With DeAngelo and Erne off to the CHL. The most highly-sought after recruit at the tournament was Gabe Guertler. The staff from the Soo Greyhounds, who hold his CHL rights, along with head coaches from Michigan and Minnesota--along with others I probably missed--were there, with Guertler likely being their prime target. Guertler isn't very big, but is a very quick player that is great at controlling the puck, and has a very, very quick release on his shot. He was a bit snakebit, which kept his scoring totals much lower than they could have been, but he was incredibly impressive here. At his size, I'm not sure how much of an NHL prospect he'd be, but he'd be a huge pick-up for any NCAA team.
It is interesting what a difference line chemistry and confidence can make in short events like this. Prior to this tournament, I would have had Vinni Lettieri ranked a little higher than Dan Labosky. But Labosky got to benefit from the extra time and space of playing with two great players in Erne and Guertler, and started out looking like the much better player here. Labosky is very fast, and can move the puck well. He spent some time on the bench in the Slovakia for taking some bad penalties, but overall, I think he really helped himself here. It should be noted that part of the reason I like Lettieri more is I thought he was a much more natural goal-scorer, and he scored a pretty big goal in each game. He seemed like a player whose confidence grew as the tournament progressed, and looked much better in the Slovakia game than the Germany game.
The player I came away from this tournament most impressed with may have been California forward Andrew Oglevie. He was far from the most skilled forward, but just a perfect energy player that was always creating chaos and making things happen in the offensive zone. He ended up tied for the team lead in points with 6 assists in the tournament, most through sheer hard work and determination. Fellow Californian Ryan Siroky was also very impressive. He's a very solidly-built kid that did a nice job of throwing his weight around. Again, not the most gifted offensively, but finished with six points by just making a lot of smart, solid plays.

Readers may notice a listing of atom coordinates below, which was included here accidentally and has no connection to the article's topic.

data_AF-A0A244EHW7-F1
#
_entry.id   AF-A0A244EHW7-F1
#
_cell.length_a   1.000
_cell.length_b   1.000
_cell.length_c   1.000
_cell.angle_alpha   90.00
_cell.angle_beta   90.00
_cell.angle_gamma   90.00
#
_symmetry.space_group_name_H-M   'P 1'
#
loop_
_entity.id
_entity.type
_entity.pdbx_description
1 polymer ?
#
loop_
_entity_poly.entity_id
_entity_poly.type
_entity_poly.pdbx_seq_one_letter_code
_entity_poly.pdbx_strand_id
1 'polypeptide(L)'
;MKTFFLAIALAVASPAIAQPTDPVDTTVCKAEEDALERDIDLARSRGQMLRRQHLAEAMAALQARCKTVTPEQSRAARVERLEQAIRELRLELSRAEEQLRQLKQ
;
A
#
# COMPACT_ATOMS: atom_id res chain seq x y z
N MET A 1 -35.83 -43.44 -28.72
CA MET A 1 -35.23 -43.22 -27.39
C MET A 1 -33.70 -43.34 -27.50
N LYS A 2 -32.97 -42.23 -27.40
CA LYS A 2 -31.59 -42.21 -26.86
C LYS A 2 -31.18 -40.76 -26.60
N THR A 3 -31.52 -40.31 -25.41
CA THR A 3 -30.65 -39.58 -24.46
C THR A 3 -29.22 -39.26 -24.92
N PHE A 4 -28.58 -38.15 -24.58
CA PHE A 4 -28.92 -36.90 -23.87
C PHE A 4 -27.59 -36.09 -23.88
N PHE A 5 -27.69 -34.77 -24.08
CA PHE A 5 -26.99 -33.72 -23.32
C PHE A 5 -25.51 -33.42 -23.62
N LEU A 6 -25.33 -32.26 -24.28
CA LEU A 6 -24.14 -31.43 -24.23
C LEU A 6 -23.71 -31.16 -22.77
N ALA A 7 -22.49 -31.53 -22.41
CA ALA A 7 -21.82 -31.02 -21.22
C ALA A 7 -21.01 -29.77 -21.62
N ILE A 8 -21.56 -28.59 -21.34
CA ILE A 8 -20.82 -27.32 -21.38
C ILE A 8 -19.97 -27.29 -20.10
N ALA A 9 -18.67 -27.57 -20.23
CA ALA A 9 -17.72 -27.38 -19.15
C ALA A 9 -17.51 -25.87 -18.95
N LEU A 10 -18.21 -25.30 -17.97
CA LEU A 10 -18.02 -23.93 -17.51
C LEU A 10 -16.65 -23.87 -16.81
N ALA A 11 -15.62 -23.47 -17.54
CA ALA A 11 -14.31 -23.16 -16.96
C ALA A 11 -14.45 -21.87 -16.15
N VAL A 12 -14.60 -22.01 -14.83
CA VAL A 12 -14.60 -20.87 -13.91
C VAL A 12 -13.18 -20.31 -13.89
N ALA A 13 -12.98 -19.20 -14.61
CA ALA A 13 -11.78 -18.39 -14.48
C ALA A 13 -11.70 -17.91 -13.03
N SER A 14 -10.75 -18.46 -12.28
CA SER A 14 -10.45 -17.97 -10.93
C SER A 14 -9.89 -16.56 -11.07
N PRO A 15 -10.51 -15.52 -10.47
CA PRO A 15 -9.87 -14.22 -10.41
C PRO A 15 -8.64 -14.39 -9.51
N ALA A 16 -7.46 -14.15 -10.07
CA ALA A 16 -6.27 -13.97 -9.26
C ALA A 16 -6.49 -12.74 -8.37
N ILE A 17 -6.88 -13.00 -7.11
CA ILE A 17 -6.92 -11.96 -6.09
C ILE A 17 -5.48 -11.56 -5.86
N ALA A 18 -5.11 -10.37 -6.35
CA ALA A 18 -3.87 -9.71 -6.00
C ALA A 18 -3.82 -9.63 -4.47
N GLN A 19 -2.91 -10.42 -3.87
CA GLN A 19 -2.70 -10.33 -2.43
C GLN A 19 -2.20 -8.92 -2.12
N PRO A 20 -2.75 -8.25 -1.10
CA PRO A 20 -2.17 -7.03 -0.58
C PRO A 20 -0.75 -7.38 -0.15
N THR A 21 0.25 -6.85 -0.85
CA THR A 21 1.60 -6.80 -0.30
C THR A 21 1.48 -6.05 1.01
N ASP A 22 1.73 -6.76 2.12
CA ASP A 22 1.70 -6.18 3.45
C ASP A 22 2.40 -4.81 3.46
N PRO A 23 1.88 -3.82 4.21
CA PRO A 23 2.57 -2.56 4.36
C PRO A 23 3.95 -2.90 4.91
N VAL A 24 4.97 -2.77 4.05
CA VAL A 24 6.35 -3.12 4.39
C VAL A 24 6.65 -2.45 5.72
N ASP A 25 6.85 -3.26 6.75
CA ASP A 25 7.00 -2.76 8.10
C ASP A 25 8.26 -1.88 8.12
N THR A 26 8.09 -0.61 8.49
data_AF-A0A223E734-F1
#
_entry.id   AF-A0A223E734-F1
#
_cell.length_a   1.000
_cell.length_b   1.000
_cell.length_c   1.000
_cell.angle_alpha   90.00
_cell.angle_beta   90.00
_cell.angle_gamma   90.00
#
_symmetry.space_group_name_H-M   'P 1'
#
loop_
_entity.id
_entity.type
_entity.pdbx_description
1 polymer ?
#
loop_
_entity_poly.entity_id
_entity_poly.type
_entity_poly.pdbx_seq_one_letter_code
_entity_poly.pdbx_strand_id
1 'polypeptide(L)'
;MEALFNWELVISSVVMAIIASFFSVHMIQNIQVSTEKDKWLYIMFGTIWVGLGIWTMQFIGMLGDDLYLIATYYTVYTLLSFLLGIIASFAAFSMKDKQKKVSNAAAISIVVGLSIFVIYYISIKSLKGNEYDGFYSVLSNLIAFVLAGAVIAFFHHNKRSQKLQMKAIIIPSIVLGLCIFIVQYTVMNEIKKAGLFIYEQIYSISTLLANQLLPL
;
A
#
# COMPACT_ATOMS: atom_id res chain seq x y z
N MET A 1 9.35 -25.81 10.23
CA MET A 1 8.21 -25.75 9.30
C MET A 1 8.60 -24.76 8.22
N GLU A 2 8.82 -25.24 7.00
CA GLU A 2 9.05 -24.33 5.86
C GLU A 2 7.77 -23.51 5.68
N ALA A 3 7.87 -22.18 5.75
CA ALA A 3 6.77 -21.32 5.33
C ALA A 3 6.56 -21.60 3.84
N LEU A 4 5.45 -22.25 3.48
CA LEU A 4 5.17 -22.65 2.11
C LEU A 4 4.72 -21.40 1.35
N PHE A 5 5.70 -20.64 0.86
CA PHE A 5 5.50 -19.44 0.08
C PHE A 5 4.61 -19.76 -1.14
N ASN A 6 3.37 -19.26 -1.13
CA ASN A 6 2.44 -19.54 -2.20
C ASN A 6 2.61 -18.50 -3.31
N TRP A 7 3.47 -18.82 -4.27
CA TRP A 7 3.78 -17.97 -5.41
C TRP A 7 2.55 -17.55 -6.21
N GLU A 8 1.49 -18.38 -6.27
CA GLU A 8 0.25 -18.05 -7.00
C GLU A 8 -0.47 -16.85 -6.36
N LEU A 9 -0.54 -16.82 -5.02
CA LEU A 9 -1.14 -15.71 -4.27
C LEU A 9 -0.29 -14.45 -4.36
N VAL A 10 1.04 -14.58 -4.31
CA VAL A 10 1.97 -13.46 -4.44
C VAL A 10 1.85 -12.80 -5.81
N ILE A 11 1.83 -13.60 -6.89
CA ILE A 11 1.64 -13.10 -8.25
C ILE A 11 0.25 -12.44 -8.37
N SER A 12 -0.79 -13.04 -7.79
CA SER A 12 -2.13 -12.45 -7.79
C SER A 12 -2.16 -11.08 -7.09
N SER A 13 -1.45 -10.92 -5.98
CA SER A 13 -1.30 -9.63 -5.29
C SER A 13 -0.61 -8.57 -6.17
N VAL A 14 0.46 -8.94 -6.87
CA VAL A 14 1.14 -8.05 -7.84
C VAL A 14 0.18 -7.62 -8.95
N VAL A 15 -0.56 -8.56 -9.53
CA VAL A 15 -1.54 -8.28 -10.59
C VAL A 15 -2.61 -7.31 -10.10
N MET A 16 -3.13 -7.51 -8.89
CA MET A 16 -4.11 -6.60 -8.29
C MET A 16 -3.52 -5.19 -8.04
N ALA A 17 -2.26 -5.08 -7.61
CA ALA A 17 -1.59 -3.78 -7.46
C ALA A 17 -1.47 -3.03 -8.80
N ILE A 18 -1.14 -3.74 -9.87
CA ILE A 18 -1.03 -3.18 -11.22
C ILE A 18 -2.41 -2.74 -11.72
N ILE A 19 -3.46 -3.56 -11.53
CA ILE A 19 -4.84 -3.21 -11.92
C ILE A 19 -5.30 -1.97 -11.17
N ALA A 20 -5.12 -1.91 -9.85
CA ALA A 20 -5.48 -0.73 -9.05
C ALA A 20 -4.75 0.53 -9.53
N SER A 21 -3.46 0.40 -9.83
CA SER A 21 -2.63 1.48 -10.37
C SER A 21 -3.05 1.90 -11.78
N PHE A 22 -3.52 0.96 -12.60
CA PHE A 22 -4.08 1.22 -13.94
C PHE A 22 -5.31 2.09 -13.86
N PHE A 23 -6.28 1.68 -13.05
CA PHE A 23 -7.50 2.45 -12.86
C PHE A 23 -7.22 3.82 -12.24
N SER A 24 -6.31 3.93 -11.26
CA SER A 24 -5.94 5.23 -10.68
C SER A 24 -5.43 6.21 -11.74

The two Illinois forwards Michael Turner and Daniel Vanderwiel also looked like intriguing prospects. Turner has a very good combination of size and speed. Like Downing, he wasn't a finished product, but has worlds of potential. Vanderwiel struggled at times, but was the hero of the Slovakia game, netting a hat trick by fighting his way to the front of the net and banging home tough goals.
The top German player was forward Frederik Tiffels, who was remarkably skilled, especially considering Germany isn't known for producing skilled players like that. Forward Leon Draisaitl wasn't that fast, but used his solid frame effectively to drive the net and give defenders a hard time. Goalie Hannibal Weitzmann made like 50 saves against the US. I can't recall many A+ stops in there, but obviously that was a very solid performance.
Slovakian Patrik Koys has drawn some attention as a bit of a hockey wunderkind. He's got some big time hands and scoring ability, but is pretty small and not a particularly quick skater. He was great at protecting the puck against the wall, but that could be more difficult against more mature competition that can pin him against the wall easier. He was a nice looking player, but if I had my choice of smaller forwards at the this tournament, I would have taken Guertler over him.
Juraj Siska was one of the few '96s playing in the event. He's a big kid that looked pretty talented. Speaking of big, defenseman Martin Bobos was 6'6". He'll definitely get a long look from pro teams due to his size.